The prevailing mindset needs to shift
Again, everyone agreed that digital transformation is one part of a broader transformation process, which should be driven from the top and embedded into the organisation’s culture.
As Deborah Gray said:
“It’s a hearts and minds exercise as much as a technology one. Digital transformation must be driven by the organisation’s core values.”
Jonathan Hofgartner added:
“It should also support key agendas like sustainability and inclusion.”
This culture change must also extend outside the organisation, looking at the wider employment landscape and tuning in to industry and employers’ changing needs.
“We need to integrate digital technology into all aspects of our business – not only to provide better, faster, more efficient support services, but to underpin a curriculum that’s fit for the digital economy that’s upon us right now.”
“What is driving all the work we’re doing to get the curriculum ready is the need to meet the skills requirements of our businesses and industry – locally, regionally and nationally. Our job is to mirror the trends in skills and ways of working so that we turn out professionals with the right level of digital skills.”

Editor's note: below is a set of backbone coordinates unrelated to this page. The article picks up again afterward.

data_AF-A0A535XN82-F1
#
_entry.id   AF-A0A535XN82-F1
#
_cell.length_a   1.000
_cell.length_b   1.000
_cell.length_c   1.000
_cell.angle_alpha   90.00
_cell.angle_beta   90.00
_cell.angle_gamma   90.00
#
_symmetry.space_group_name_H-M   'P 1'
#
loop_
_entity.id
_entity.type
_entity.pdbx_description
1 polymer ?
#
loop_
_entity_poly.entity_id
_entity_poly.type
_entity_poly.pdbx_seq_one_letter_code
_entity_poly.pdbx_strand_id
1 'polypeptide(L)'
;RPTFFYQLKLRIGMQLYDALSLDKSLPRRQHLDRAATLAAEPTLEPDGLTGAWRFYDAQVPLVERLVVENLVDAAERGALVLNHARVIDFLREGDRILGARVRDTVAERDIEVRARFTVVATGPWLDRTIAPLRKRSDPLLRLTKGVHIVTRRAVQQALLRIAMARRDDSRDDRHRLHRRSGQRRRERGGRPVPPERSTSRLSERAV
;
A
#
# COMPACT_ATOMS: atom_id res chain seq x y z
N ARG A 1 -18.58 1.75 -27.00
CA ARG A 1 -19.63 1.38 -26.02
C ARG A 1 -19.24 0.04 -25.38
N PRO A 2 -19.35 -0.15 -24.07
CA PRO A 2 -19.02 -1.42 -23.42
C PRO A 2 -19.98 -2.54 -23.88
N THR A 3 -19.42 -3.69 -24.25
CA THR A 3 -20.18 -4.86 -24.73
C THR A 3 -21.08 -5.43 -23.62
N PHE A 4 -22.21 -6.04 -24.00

Awel Vaughan-Evans emphasised that students are also key stakeholders in digital transformation and it’s essential to include their perspective:
“We've talked about a digital divide between senior management and junior staff, but there's a huge difference between what academic and professional services staff think is going to work and what students actually want."
"More focus on student engagement is the crucial thing for me moving forward.”
Collaboration is key
Leadership buy-in is essential - but it needs to be collective leadership, involving stakeholders from all areas and levels of the organisation in order to reflect a holistic view of transformation.
According to Dan Perry:
“Collaboration is key. Unless the entire organisation is working together, you can end up with systems that don’t integrate and aren’t harnessed in a strategy that covers business and curriculum.”
Awel Vaughan-Evans concurred:
“For us, creating that strategic group of key stakeholders means that we can all work together and make sure that the entire organisation is working effectively to really drive digital transformation.”
Mark Stubbs said: